Facebook and Twitter's autoplay function has helped the social media platforms cozy up to advertisers who are looking to get more eyeballs on their videos, but this week’s shooting of two journalists in Virginia displayed some inherent problems with the service.
As a result of platform users automatically being served the video posted by shooter Vester Lee Flanagan without warning, questions have been asked of whether or not the social media giants have a moral obligation to disable the feature when footage is being disseminated that most would consider extremely graphic.
Autoplay largely benefits advertisers since it automatically plays ads, leading to increased engagement without asking users whether they want to view a video or not. Facebook rolled out the feature in late 2013 and reported earlier this year that it was now serving four billion video views every day, up from one billion per day last September.
Twitter unveiled the feature in June. In a blog post announcing the tool, Twitter said that during autoplay testing, brand and publishing partners saw improved view rates that “resulted in lower cost-per-views for marketers and increased video recall by consumers.”
Yet Flanagan, who went by the name of Bryce Williams on Facebook and Twitter, took advantage of the function by using it in an unintended way on Wednesday when he posted a film he took of the shootings to both of his profiles. Twitter shut down his account mere minutes after he posted the video and Facebook followed suit.
While both platforms quickly stopped the video from spreading and made it clear that the autoplay function could be disabled, it’s unclear whether or not their actions will set a precedent or if they will take further steps to prevent this another similar event from happening again.
Jo Farmer, partner at law firm Lewis Silkin, said the only reason Facebook and Twitter even bother with autoplay is so they can get more viewers and therefore more ad revenue. She noted that it becomes problematic in situations such as this one, when viewers get absolutely no warning that they’re about to see potentially distressful content, whereas television stations have the option of giving viewers caution beforehand.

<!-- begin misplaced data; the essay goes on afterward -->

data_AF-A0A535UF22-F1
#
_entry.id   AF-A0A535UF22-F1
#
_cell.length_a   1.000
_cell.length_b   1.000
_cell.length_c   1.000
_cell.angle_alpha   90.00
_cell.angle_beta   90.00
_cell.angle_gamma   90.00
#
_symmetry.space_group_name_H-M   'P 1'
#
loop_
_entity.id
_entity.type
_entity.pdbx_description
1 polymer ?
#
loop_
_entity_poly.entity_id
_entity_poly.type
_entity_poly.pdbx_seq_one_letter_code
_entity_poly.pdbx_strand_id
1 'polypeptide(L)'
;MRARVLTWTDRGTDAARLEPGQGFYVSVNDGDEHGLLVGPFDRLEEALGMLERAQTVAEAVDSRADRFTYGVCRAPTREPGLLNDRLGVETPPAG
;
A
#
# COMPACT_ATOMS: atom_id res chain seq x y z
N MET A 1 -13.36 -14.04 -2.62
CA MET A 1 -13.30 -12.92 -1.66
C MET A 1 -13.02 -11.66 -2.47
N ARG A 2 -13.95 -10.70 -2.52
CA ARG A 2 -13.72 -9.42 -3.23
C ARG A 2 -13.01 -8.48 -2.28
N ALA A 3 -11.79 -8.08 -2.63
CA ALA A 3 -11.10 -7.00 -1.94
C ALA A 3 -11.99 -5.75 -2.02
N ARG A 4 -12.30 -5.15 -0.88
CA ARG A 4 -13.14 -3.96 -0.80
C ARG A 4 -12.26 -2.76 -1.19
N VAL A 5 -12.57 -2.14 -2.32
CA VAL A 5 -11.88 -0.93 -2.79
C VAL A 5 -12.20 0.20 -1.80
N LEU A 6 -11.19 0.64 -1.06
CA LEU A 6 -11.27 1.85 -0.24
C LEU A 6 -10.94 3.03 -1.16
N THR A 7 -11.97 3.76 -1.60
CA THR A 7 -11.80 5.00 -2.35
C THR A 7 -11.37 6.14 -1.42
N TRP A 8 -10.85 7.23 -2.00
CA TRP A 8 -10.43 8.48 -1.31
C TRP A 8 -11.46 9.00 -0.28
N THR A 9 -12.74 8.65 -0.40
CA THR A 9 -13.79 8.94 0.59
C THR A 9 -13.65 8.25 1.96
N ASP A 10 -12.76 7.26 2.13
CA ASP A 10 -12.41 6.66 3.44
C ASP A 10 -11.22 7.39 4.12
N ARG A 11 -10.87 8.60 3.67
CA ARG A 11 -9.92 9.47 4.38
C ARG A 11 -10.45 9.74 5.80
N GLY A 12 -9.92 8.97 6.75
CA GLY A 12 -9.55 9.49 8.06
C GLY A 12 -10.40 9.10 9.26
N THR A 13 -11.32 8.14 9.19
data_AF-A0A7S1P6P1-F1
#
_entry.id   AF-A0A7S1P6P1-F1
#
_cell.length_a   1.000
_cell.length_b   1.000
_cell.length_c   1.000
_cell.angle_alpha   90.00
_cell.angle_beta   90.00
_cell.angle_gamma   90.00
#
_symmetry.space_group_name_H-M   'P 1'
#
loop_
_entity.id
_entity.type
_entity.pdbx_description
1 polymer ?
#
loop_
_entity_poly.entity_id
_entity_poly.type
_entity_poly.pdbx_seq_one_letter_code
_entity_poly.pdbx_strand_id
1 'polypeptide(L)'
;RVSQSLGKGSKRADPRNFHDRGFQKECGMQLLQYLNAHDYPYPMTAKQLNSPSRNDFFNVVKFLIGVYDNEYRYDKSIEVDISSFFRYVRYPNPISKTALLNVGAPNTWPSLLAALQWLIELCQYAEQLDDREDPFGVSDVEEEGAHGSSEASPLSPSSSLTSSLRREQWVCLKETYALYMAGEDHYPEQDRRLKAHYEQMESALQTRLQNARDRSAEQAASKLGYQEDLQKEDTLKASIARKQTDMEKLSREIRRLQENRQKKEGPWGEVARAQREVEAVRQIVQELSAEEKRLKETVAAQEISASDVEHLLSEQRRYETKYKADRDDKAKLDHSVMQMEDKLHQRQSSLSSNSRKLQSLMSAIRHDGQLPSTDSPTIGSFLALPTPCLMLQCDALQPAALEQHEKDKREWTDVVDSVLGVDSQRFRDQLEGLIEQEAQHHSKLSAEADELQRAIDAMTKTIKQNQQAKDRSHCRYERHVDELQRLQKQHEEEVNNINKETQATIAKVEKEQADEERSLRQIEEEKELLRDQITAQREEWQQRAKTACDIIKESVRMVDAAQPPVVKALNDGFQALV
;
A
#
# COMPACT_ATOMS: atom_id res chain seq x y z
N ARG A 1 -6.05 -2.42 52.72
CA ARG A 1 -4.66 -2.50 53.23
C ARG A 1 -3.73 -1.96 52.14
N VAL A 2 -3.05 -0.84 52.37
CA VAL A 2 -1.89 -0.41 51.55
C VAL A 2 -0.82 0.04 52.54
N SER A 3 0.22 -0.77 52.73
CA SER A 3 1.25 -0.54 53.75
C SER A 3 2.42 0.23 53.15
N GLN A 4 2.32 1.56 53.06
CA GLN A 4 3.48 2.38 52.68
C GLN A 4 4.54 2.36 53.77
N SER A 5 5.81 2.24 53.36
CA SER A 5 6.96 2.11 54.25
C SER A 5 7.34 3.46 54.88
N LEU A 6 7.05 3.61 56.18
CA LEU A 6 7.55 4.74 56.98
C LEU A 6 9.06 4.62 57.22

“Instead it just goes out to the people and then if enough people complain about it or if it starts getting flagged as inappropriate, then the platforms react swiftly to take it down,” she said.
Farmer also pointed out that from a legal standpoint, significant change to combat this issue is more likely to come from within the industry rather than the government.
“If brands start saying we don’t like Facebook and Twitter as a platform anymore because there’s too much of this content that gets autoplayed and our customers don’t like it, then it’s going to turn the brands off from using them as a legitimate platform,” she said. “That’s probably where the tension is going to come from if anything’s going to happen.”
The tragic incident also points to the fact that while social media and its capabilities can certainly be a force for good – the Ice Bucket Challenge being a primary example – its bells and whistles can also have dire consequences that popular platforms.
Brett Gary, associate professor of media, culture and communication at NYU, said “there’s nothing good that can come of dissemination of the shooter’s strategic media deployment of his act of mayhem.”
He added: “The conversation might well be how the shooter understood the logic of the media, and could count on the continuously repeated display of his lunatic acts."
To highlight the potential audience that Flanagan's post may have reached, Facebook has revealed that it now receives 1 billion daily users.